Monday, the Kuwaiti foreign minister reported that after a conflict that has divided the Arab world and evaluated US diplomacy for more than three years, an agreement is reached to reopen the borders and airspace between the Kingdom of Saudi Arabia and Qatar, after that it has been closed since 2017.
The American newspaper, The New York Times, declared that this new statement is considered as a first step to end Qatar’s isolation from Arab neighbors, especially Saudi Arabia, the United Arab Emirates, Bahrain and Egypt. .
The decision, declared before the Gulf States summit gathering in Saudi Arabia on Tuesday, would allow trade and travel between Qatar and the Kingdom for the first time since the four countries boycotted Qatar in June 2017, accusing its leaders of supporting terrorism and extremists in the region, and of being too close to Iran.
However, there are doubts about the pursuit of reconciliation, because Qatar didn’t given any promise that the Al Jazeera network would stop attacking them, cut relations with extremist and terrorist groups, or would form his future ties with Iran and Turkey, and although the boycott that lasted 3 years, Qatar is still in its position, and it is not clear if it intends to resolve its political conflicts with the Arabs or not.
Always, according to the New York Times, and in the hope of increasing pressure on Iran before the end of Trump’s presidency, administration officials have pushed Saudi Arabia and its allies strongly to negotiate with the government of Qatar during the past many months, while the president’s son-in-law, Jared Kushner, visited Doha and Riyadh in December to persuade Gulf officials, and Kuwait has been the main mediator.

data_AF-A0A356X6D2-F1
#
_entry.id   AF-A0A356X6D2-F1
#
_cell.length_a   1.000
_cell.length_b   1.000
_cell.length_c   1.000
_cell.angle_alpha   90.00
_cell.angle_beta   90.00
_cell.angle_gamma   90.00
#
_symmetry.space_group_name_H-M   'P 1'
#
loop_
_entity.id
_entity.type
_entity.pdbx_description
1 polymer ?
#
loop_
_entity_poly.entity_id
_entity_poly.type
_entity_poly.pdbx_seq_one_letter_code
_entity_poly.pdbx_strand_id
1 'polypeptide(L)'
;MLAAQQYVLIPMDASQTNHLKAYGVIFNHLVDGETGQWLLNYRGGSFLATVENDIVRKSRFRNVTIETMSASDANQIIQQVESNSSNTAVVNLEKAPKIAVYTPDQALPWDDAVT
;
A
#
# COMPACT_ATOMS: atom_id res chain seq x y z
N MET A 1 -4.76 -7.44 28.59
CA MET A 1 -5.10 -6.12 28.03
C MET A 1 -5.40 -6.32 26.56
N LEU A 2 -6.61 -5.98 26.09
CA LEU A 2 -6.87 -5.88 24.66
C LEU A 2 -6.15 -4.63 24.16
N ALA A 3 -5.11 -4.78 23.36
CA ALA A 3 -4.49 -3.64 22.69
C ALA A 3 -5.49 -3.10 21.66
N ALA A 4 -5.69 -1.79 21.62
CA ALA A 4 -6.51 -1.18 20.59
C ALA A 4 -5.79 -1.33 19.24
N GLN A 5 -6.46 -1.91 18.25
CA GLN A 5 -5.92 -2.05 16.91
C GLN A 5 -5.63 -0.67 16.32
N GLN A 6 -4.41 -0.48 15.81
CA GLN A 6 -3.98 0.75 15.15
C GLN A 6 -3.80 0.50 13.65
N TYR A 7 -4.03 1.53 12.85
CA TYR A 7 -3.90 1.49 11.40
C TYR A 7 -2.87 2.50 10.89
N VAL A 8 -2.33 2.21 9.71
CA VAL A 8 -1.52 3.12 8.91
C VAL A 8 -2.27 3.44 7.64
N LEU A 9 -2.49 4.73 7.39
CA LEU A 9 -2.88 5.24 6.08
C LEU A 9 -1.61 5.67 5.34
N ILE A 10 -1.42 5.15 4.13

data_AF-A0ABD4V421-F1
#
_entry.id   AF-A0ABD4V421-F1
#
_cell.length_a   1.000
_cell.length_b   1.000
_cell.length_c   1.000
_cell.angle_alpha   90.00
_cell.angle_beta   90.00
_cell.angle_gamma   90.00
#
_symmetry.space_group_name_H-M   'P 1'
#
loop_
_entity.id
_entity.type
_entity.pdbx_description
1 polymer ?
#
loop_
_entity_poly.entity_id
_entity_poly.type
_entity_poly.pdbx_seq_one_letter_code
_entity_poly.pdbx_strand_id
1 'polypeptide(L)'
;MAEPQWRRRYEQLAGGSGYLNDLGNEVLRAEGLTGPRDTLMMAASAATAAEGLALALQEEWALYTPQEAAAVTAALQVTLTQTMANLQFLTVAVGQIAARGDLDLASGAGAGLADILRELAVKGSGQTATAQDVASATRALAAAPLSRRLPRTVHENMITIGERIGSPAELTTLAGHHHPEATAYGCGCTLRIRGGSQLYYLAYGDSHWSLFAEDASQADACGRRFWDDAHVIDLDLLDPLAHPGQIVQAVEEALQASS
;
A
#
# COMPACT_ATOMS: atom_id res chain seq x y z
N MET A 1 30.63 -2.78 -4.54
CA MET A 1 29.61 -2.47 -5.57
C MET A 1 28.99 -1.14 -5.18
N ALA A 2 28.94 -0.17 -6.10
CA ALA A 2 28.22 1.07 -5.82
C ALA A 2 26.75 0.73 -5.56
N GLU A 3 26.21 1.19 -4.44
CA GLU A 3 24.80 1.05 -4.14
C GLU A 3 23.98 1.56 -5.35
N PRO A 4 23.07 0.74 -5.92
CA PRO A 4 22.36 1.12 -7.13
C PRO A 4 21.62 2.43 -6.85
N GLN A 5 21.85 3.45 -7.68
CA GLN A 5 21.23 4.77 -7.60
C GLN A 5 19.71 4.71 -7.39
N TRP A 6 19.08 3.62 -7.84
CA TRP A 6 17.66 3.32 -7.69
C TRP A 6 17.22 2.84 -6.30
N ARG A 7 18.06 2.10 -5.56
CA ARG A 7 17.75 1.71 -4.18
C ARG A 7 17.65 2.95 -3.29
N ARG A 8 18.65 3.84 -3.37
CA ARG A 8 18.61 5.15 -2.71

On his part, Kuwaiti Foreign Minister, Sheikh Ahmed Nasser Al-Mohammad Al-Sabah, said in a televised statement that there was a deal between Saudi Arabia and Qatar, that for his, it would create a new page in Gulf country relations, while some analysts say: There are a little things that indicates that Qatar would change its behavior regarding its practices that demoralize its neighbors and the Al Jazeera network that it uses to spread its message, attack its neighbors and distance itself from Iran and Turkey.
Whereas, Hussein Ibish, analyst at the Institute for the Arab States of the Gulf in Washington, said: Pushing Qatar to adjust its ties with Turkey could be a hope, given the number of problems likely to remain unsolved, there is a strong probability of disagreement in the future and perhaps another crisis over Qatari policies at some point in the close future.